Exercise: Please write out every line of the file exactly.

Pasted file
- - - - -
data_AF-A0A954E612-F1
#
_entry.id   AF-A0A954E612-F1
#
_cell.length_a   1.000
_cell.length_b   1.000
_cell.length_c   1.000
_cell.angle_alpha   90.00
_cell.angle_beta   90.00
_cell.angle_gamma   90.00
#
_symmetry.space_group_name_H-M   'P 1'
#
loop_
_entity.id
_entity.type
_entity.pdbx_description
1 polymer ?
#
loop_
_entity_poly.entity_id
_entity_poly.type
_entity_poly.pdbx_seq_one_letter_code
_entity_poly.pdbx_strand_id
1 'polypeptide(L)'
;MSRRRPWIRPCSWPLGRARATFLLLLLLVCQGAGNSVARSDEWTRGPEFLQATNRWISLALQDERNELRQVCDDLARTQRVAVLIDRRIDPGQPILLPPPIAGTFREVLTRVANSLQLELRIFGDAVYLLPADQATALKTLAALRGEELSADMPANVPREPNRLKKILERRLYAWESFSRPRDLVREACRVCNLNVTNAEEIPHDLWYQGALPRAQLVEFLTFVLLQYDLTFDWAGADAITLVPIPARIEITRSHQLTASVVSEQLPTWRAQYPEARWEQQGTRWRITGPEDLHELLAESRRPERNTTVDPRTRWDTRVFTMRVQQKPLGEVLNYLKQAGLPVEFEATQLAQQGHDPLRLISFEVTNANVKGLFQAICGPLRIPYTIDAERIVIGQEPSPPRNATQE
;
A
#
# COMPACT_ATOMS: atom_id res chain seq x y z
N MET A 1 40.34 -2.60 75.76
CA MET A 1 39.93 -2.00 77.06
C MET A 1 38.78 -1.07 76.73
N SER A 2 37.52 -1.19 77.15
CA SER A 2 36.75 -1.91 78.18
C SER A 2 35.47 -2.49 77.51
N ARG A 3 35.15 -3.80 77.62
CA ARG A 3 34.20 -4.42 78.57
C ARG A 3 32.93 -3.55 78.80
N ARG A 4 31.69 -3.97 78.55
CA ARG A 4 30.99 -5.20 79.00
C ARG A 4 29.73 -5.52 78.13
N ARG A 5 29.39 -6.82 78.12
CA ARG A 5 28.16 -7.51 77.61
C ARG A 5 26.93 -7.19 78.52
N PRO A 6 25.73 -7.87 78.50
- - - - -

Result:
data_AF-A0A954E612-F1
#
_entry.id   AF-A0A954E612-F1
#
_cell.length_a   1.000
_cell.length_b   1.000
_cell.length_c   1.000
_cell.angle_alpha   90.00
_cell.angle_beta   90.00
_cell.angle_gamma   90.00
#
_symmetry.space_group_name_H-M   'P 1'
#
loop_
_entity.id
_entity.type
_entity.pdbx_description
1 polymer ?
#
loop_
_entity_poly.entity_id
_entity_poly.type
_entity_poly.pdbx_seq_one_letter_code
_entity_poly.pdbx_strand_id
1 'polypeptide(L)'
;MSRRRPWIRPCSWPLGRARATFLLLLLLVCQGAGNSVARSDEWTRGPEFLQATNRWISLALQDERNELRQVCDDLARTQRVAVLIDRRIDPGQPILLPPPIAGTFREVLTRVANSLQLELRIFGDAVYLLPADQATALKTLAALRGEELSADMPANVPREPNRLKKILERRLYAWESFSRPRDLVREACRVCNLNVTNAEEIPHDLWYQGALPRAQLVEFLTFVLLQYDLTFDWAGADAITLVPIPARIEITRSHQLTASVVSEQLPTWRAQYPEARWEQQGTRWRITGPEDLHELLAESRRPERNTTVDPRTRWDTRVFTMRVQQKPLGEVLNYLKQAGLPVEFEATQLAQQGHDPLRLISFEVTNANVKGLFQAICGPLRIPYTIDAERIVIGQEPSPPRNATQE
;
A
#
# COMPACT_ATOMS: atom_id res chain seq x y z
N MET A 1 40.34 -2.60 75.76
CA MET A 1 39.93 -2.00 77.06
C MET A 1 38.78 -1.07 76.73
N SER A 2 37.52 -1.19 77.15
CA SER A 2 36.75 -1.91 78.18
C SER A 2 35.47 -2.49 77.51
N ARG A 3 35.15 -3.80 77.62
CA ARG A 3 34.20 -4.42 78.57
C ARG A 3 32.93 -3.55 78.80
N ARG A 4 31.69 -3.97 78.55
CA ARG A 4 30.99 -5.20 79.00
C ARG A 4 29.73 -5.52 78.13
N ARG A 5 29.39 -6.82 78.12
CA ARG A 5 28.16 -7.51 77.61
C ARG A 5 26.93 -7.19 78.52
N PRO A 6 25.73 -7.87 78.50